Act 10:24 On the next day they entered into Caesarea. Cornelius was waiting for them, having called together his relatives and his near friends.
Act 10:25 When it happened that Peter entered, Cornelius met him, fell down at his feet, and worshiped him.
Act 10:26 But Peter raised him up, saying, "Stand up! I myself am also a man."
Act 10:27 As he talked with him, he went in and found many gathered together.
Act 10:28 He said to them, "You yourselves know how it is an unlawful thing for a man who is a Jew to join himself or come to one of another nation, but God has shown me that I shouldn't call any man unholy or unclean.
Act 10:29 Therefore also I came without complaint when I was sent for. I ask therefore, why did you send for me?"
Act 10:30 Cornelius said, "Four days ago, I was fasting until this hour, and at the ninth hour, I prayed in my house, and behold, a man stood before me in bright clothing,
Act 10:31 and said, 'Cornelius, your prayer is heard, and your gifts to the needy are remembered in the sight of God.
Act 10:32 Send therefore to Joppa, and summon Simon, who is surnamed Peter. He lodges in the house of Simon a tanner, by the seaside. When he comes, he will speak to you.'
Act 10:33 Therefore I sent to you at once, and it was good of you to come. Now therefore we are all here present in the sight of God to hear all things that have been commanded you by God."
Act 10:34 Peter opened his mouth and said, "Truly I perceive that God doesn't show favoritism;
Act 10:35 but in every nation he who fears him and works righteousness is acceptable to him.
Act 10:36 The word which he sent to the children of Israel, preaching good news of peace by Jesus Christ-he is Lord of all-
Act 10:37 that spoken word you yourselves know, which was proclaimed throughout all Judea, beginning from Galilee, after the baptism which John preached;
Act 10:38 even Jesus of Nazareth, how God anointed him with the Holy Spirit and with power, who went about doing good and healing all who were oppressed by the devil, for God was with him.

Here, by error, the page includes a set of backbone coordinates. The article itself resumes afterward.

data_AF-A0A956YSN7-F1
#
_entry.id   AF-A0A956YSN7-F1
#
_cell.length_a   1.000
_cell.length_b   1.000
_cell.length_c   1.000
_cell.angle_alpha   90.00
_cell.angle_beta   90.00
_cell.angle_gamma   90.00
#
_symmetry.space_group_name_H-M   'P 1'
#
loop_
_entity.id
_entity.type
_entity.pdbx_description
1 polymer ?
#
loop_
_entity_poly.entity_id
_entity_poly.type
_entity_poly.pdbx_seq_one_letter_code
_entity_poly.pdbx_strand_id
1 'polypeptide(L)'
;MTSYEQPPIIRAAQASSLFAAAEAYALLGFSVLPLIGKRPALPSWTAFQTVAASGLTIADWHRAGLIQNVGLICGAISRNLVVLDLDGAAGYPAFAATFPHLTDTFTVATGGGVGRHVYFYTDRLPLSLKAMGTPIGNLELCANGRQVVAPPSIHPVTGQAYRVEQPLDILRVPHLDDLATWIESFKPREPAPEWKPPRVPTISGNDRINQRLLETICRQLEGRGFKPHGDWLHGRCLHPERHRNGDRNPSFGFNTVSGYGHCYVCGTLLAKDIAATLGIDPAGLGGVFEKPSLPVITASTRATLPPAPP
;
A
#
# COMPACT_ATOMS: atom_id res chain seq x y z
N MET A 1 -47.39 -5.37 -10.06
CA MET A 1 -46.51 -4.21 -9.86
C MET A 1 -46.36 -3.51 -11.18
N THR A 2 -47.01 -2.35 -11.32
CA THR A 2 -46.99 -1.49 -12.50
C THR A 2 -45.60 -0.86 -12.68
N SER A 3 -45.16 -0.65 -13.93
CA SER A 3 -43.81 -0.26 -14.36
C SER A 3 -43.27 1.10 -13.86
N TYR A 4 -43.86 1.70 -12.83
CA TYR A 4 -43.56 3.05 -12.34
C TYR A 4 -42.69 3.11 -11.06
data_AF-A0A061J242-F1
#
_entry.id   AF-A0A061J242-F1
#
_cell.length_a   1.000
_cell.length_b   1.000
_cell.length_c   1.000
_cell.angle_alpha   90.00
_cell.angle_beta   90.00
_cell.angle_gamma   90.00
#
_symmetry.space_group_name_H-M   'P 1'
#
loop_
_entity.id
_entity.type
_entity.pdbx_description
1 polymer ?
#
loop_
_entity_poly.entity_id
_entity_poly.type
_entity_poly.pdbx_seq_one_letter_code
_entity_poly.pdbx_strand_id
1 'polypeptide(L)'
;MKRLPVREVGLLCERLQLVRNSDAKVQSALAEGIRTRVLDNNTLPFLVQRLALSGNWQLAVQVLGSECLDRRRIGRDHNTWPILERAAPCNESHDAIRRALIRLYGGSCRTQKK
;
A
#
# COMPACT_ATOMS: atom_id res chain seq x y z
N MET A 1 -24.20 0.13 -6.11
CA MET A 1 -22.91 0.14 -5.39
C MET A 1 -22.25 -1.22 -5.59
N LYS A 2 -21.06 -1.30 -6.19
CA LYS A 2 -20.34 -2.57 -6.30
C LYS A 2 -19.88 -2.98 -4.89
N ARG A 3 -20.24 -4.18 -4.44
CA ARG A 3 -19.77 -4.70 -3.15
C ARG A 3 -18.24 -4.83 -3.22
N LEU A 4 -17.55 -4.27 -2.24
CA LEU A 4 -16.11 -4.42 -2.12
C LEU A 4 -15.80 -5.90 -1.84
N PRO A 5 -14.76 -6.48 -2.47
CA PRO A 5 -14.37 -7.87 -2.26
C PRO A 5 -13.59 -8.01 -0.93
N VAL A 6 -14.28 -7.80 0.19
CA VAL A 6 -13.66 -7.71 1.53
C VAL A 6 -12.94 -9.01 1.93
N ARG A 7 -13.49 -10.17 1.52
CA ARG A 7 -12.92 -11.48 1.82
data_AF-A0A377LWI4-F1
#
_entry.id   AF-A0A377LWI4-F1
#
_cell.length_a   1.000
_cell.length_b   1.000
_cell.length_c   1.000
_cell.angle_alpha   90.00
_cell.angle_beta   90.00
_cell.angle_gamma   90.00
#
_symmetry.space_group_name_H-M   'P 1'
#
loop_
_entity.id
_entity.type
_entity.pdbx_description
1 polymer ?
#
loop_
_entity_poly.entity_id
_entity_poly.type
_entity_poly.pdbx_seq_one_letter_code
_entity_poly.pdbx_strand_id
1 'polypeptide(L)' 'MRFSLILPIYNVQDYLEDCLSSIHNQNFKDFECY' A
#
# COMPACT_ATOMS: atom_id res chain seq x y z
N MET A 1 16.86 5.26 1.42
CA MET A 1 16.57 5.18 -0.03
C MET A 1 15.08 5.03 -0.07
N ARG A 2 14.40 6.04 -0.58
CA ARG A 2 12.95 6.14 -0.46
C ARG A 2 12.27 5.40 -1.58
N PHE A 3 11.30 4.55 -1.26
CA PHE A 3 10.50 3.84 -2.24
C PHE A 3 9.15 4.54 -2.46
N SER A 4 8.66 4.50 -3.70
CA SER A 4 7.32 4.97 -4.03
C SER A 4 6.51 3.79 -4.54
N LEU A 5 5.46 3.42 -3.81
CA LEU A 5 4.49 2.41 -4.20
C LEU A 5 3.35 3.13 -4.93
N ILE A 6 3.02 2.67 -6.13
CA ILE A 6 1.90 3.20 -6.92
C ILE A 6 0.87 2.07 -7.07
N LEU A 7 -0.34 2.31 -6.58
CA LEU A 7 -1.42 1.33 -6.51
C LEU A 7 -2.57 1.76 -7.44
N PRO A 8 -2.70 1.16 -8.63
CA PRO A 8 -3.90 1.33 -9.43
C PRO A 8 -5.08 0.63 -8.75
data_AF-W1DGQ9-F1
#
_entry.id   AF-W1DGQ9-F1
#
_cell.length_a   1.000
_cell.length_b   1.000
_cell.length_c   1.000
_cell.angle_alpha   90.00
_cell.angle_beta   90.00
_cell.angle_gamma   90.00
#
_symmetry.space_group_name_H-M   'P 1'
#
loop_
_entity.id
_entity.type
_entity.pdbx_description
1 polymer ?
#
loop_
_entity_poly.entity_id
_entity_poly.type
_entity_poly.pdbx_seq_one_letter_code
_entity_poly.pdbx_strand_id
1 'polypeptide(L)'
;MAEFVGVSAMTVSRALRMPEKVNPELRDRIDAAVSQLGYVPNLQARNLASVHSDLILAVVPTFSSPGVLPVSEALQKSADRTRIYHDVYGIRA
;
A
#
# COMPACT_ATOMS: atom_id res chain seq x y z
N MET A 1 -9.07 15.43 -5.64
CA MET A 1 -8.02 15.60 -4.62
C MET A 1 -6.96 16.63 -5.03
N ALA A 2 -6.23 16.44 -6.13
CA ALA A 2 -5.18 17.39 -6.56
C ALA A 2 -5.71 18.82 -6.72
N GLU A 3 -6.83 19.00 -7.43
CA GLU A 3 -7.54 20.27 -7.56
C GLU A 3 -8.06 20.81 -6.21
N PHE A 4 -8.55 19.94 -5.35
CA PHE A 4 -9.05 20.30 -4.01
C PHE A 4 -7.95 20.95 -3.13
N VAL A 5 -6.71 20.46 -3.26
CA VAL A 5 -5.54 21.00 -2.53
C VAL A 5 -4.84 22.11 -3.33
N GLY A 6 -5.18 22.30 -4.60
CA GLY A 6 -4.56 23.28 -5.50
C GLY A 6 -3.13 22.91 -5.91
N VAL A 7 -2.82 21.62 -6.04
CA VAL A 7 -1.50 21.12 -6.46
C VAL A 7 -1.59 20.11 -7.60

Act 10:39 We are witnesses of everything he did both in the country of the Jews, and in Jerusalem; whom they also killed, hanging him on a tree.
Act 10:40 God raised him up the third day, and gave him to be revealed,
Act 10:41 not to all the people, but to witnesses who were chosen before by God, to us, who ate and drank with him after he rose from the dead.
Act 10:42 He commanded us to preach to the people and to testify that this is he who is appointed by God as the Judge of the living and the dead.
Act 10:43 All the prophets testify about him, that through his name everyone who believes in him will receive remission of sins."
Act 10:44 While Peter was still speaking these words, the Holy Spirit fell on all those who heard the word.
Act 10:45 They of the circumcision who believed were amazed, as many as came with Peter, because the gift of the Holy Spirit was also poured out on the Gentiles.
Act 10:46 For they heard them speaking in other languages and magnifying God. Then Peter answered,
Act 10:47 "Can any man forbid the water, that these who have received the Holy Spirit as well as we should not be baptized?"
Act 10:48 He commanded them to be baptized in the name of Jesus Christ. Then they asked him to stay some days.